The Controversy Over Voter Identification Laws

2213 words - 9 pages

In 2002, with the intention of updating election technology, hampering voter fraud, and increasing faith in the electoral system, President George W. Bush signed into law the Help America Vote Act (Gerken 14). Since the implementation of this act, controversial voter identification laws have begun springing up all over the country. According to the National Conference of State Legislatures, “thirty-one states require all voters to show ID before voting at the polls. In fifteen of these, the ID must include a photo of the voter; in the remaining sixteen, non-photo forms of ID are acceptable” (Voter Identification Requirements). In 2005 Indiana lawmakers passed one of the strictest voter identification laws in the country requiring voters to present an unexpired photo identification card issued by the state or federal government before gaining access to vote (Barreto, Nuño, and Sanchez 111). The constitutionality of this law was challenged, and it eventually ended up in the United States Supreme Court. In Crawford v. Marion County Election Board, the Supreme Court upheld the requirement by a 6-3 decision thus paving the way for other states to enact such laws (Vock and Gramlich). What is so controversial about these laws that a Supreme Court decision was required? As with most contentious issues in politics, the debate over these laws are strictly divided down partisan lines with Democrats strongly opposed and Republicans heavily in favor of their implementation. Opponents believe these laws are unfair and negatively impact certain segments of voters who may not possess or have the means to obtain the required identification such as the poor, elderly, disabled, and minorities. As this category of voters is more likely to vote Democratic in an election, Democrats feel Republicans are purposively trying to suppress the vote of these individuals (Gerken 39). Republican proponents claim that voter identification laws do not discourage those who are most likely to vote from turning out to the polls. They also believe voter identification laws are vitally essential to discourage voter fraud and to strengthen public trust in the electoral system (Gerken 40). Looking closer at both sides of this continuing controversy will help to clarify each sides claims and reveal any misinformation.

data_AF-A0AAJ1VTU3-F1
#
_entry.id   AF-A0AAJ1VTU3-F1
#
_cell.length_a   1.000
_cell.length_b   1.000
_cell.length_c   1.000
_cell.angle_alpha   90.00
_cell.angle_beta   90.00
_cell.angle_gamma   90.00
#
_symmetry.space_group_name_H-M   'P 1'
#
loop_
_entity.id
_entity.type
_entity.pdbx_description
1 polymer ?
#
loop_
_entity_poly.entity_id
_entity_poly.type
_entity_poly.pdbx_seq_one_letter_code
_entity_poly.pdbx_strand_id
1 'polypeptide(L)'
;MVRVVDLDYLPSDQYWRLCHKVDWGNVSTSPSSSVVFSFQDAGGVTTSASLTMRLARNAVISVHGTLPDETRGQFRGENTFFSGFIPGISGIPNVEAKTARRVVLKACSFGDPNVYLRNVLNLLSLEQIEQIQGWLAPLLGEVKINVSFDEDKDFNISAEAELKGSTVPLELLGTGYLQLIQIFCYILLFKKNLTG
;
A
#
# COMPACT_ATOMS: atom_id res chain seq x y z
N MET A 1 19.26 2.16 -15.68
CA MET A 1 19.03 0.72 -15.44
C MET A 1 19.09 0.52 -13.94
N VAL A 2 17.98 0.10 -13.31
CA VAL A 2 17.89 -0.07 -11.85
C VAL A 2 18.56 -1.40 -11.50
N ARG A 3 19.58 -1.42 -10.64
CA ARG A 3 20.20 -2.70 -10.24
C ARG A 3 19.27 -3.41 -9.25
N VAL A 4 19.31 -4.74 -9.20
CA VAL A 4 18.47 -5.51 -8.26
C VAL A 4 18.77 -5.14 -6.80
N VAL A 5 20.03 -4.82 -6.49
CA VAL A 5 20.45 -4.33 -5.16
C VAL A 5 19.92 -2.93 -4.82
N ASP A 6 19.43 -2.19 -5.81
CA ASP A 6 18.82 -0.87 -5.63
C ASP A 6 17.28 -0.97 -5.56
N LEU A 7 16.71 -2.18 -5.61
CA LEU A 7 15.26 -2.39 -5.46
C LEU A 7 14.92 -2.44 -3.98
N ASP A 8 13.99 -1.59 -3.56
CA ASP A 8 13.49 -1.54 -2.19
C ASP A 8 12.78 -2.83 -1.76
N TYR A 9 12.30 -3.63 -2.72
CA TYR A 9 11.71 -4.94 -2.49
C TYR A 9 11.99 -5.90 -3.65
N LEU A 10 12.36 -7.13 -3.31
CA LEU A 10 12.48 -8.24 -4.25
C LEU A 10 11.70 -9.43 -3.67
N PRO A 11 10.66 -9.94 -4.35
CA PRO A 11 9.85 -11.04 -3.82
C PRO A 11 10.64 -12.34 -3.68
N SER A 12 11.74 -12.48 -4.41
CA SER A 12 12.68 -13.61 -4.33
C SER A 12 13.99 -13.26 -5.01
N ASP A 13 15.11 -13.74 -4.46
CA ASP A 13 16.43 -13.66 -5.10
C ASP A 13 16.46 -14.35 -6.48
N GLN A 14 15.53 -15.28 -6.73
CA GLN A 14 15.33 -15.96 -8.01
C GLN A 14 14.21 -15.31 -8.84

Democrats, who almost unanimously oppose voter identification laws, strongly feel that minority groups of voters, who tend to vote Democratic, are more likely to not have the resources, knowledge, or means to have or obtain the necessary identification requirements for the polls. In a research project developed by Matt A. Barreto, Stephen A. Nuño, and Gabriel R. Sanchez, testing was conducted to “determine the rates of access to valid photo identification among voters and non-voters in Indiana, with an eye towards specific demographic groups, such as the elderly and racial minorities” (Barreto, Nuño, and Sanchez 112). Indiana was selected because of its strict...

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